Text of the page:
A group of restaurants and businesses have filed suit against Mayor Bill de Blasio in opposition to a mandate requiring proof of vaccination at city eateries, gyms, movie theaters and other establishments, new court papers show.
The businesses argue that the mandate violates their constitutional rights and unfairly targets certain establishments but not others like churches, grocery stores, schools, offices and medical facilities, the lawsuit filed Tuesday in Staten Island Supreme Court alleges.
The suit says that the mandate is “arbitrary and capricious” for a slew of reasons including that the highly contagious COVID-19 Delta variant can spread among both vaccinated and unvaccinated people, the court documents claim.
The mandate also doesn’t accommodate certain exceptions for getting vaccinated such as those who’ve already gotten the virus; those who are allergic to ingredients in the vaccine; those who have pre-existing conditions that make getting the vaccine risky; and those whose religious beliefs stop them from getting it, the filing argues.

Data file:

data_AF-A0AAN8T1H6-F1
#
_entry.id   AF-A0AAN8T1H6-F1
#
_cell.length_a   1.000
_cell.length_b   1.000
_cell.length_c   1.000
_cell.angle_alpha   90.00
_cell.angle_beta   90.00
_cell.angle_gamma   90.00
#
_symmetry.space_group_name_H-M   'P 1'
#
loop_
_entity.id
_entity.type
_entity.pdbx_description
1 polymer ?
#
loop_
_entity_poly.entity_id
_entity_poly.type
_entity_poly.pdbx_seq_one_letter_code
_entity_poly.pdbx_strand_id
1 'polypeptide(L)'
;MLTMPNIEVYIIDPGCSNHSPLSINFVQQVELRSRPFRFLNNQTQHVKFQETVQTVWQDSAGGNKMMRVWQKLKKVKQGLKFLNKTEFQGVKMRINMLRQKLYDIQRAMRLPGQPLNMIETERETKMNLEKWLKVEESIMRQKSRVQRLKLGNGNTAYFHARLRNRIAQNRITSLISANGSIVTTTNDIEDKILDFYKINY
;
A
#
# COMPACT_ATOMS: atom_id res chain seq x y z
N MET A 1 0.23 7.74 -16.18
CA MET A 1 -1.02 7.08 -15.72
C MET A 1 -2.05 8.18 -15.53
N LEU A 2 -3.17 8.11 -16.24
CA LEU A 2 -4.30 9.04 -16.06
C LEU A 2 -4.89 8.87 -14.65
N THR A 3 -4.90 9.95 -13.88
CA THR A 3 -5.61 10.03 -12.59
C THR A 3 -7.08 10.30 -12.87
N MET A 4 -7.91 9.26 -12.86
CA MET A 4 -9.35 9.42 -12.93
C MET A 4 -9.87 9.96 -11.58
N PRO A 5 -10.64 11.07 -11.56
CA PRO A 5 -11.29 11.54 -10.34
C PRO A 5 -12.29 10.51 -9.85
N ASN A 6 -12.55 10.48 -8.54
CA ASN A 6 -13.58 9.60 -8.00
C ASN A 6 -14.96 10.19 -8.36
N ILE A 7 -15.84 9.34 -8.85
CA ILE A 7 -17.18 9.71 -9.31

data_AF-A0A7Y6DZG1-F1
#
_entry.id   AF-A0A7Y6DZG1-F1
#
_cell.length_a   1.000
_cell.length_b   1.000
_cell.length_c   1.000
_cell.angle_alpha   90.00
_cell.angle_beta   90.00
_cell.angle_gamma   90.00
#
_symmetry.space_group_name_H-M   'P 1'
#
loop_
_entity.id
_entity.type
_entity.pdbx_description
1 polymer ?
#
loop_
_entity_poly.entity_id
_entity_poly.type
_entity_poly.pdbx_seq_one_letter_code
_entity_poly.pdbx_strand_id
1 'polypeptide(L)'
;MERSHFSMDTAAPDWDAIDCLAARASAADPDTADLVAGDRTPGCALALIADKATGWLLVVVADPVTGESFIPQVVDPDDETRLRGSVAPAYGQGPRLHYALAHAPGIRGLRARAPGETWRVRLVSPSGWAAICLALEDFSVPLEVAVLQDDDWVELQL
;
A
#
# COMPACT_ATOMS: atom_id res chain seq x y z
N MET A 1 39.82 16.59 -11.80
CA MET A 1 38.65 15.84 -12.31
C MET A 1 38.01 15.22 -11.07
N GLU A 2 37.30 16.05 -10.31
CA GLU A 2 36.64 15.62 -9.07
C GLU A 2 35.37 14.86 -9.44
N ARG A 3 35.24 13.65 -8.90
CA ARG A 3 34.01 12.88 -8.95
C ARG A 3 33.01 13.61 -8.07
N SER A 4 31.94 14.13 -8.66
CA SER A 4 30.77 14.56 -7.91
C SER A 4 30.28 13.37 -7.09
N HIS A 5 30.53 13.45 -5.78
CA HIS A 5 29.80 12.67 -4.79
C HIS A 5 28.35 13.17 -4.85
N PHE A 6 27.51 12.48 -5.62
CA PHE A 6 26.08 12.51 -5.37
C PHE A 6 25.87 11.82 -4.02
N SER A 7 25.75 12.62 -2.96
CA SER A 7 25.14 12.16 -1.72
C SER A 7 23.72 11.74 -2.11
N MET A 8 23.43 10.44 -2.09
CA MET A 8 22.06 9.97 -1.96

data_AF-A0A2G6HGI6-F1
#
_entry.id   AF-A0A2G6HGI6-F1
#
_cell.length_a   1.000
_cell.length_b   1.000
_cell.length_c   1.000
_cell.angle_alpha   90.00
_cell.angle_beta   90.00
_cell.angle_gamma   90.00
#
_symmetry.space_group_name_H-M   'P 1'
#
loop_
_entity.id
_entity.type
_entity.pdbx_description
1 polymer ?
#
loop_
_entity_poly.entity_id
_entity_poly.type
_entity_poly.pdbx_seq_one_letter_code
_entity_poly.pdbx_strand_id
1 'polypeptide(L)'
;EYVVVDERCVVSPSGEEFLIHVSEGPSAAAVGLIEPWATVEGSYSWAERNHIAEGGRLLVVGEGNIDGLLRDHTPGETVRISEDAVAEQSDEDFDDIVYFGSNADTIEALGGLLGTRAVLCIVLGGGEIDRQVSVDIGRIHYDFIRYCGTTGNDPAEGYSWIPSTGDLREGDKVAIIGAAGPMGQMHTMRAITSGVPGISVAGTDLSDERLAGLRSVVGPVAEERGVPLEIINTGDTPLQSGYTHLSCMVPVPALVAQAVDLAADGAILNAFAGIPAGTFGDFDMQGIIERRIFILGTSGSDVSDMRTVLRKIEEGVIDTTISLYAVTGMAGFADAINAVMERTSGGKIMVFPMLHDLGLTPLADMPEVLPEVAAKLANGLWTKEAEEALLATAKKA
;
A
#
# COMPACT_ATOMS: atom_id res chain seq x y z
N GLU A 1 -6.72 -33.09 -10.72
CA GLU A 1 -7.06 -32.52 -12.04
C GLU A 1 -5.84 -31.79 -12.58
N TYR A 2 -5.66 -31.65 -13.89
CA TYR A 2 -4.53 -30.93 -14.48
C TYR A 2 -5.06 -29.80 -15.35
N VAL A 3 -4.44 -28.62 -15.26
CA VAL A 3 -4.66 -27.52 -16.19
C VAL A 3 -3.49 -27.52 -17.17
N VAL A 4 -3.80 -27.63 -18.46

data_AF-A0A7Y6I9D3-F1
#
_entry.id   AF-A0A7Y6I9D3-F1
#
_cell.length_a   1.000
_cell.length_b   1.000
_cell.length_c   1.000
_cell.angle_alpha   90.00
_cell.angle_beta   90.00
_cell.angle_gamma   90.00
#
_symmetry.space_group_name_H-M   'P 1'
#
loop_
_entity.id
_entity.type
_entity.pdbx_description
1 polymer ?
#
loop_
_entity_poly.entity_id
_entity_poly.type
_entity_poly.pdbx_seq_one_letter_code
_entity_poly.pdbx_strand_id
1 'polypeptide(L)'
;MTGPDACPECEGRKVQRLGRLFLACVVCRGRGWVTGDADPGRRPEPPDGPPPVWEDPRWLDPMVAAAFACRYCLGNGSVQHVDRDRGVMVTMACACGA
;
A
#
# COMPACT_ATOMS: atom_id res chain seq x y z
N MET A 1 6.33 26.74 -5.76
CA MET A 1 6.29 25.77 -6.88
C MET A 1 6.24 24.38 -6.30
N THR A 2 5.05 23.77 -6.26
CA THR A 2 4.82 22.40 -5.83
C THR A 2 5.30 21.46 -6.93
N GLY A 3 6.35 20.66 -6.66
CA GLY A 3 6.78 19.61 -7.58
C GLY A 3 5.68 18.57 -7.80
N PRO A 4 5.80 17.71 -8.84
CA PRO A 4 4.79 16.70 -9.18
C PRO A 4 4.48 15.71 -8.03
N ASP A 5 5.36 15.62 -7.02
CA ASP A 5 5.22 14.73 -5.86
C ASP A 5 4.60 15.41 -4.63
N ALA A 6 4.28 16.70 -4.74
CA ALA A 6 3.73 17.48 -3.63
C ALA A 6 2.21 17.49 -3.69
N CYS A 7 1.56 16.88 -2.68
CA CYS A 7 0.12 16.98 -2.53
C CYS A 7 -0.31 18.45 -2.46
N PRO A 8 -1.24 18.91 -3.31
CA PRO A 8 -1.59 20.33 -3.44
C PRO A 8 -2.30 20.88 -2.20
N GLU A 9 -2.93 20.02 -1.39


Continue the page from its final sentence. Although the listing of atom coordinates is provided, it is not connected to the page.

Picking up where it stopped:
“The decision to get the vaccine should ultimately lie with the individual and his doctor, who knows that persons’ complete medical history, rather than a politician,” the court papers claim.
Further, emergency orders have been in effect for almost two years and instead of easing off, “the mayor implemented even more arbitrary executive orders, trampling more recklessly on constitutional rights,” the suit charges.
The mandate also threatens people’s livelihoods, making it “impossible for anyone who chooses not to be vaccinated for whatever reason, to work in the designated industries,” the court papers claim.